Starting from the principles of cost-benefit analysis and Business Cases, this module covers the key methods and techniques of railway investment appraisal. It includes worked examples and case studies from the UK and internationally, featuring urban, regional and high speed rail. Recent innovations in appraisal methods are covered, and ex post evaluation is explored. The role of railways in the spatial economy is addressed using recent examples. Current major infrastructure projects are used to aid discussion. The link with project finance, and links with decision-making and transport policy are considered.
Transport Dissertation - 60 credits
The Transport Dissertation module gives you the opportunity to develop and apply research and/or design skills in a specialist topic within the transport discipline. You’ll develop an in-depth knowledge of your chosen subject area and demonstrate your findings in a 15,000-word report.
Transport Integrated Project - 15 credits
This module will be run in the second semester and aims to enhance a range of personal and professional related skills (technical applied transport skills and project management skills) by placing students in a multi-disciplinary project group (to reflect the range of transport masters programmes) and asking them to undertake a specific transport project as suggested by a client (an external organisation or ITS).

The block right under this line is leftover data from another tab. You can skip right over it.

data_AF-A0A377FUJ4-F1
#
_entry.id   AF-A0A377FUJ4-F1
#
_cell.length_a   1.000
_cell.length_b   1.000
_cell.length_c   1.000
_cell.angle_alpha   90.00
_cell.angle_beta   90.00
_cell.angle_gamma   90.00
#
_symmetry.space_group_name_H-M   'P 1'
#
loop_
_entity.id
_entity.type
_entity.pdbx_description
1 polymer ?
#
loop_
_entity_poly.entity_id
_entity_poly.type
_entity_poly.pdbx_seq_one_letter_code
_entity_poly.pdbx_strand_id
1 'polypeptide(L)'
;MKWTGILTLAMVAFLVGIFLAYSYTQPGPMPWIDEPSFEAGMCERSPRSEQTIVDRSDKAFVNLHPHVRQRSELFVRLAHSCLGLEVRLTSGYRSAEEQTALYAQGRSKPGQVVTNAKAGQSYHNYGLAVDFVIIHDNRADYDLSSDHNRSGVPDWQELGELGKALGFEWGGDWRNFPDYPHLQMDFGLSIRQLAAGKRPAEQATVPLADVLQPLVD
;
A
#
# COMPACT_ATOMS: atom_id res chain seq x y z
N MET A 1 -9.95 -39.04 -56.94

Optional modules include:
Sustainable Spatial Planning and Analysis - 15 credits
This module will make students aware of the key aspects of integrated transport and land-use planning which contribute to more sustainable outcomes. Transport is an inherently spatial phenomenon, which cannot be divorced from considerations of urban form, spatial planning, social processes and people. The module delivers this understanding by developing beyond basic generic GIS skills and applies leading edge techniques in GIS (Geographical Information Systems) and spatial analysis which can be deployed to explore contemporary planning problems, alongside theoretical considerations. Students will develop their skills to access, analyse and display spatial data to facilitate advanced policy analysis informed by the theoretical underpinnings of sustainable land use and transport planning taught in the module.
Green Logistics - 15 credits
The module re-appraises supply chain logistics using the latest thinking and endeavours to offer possibilities to reduce the environmental impact.
Analysing Transport and Society - 15 credits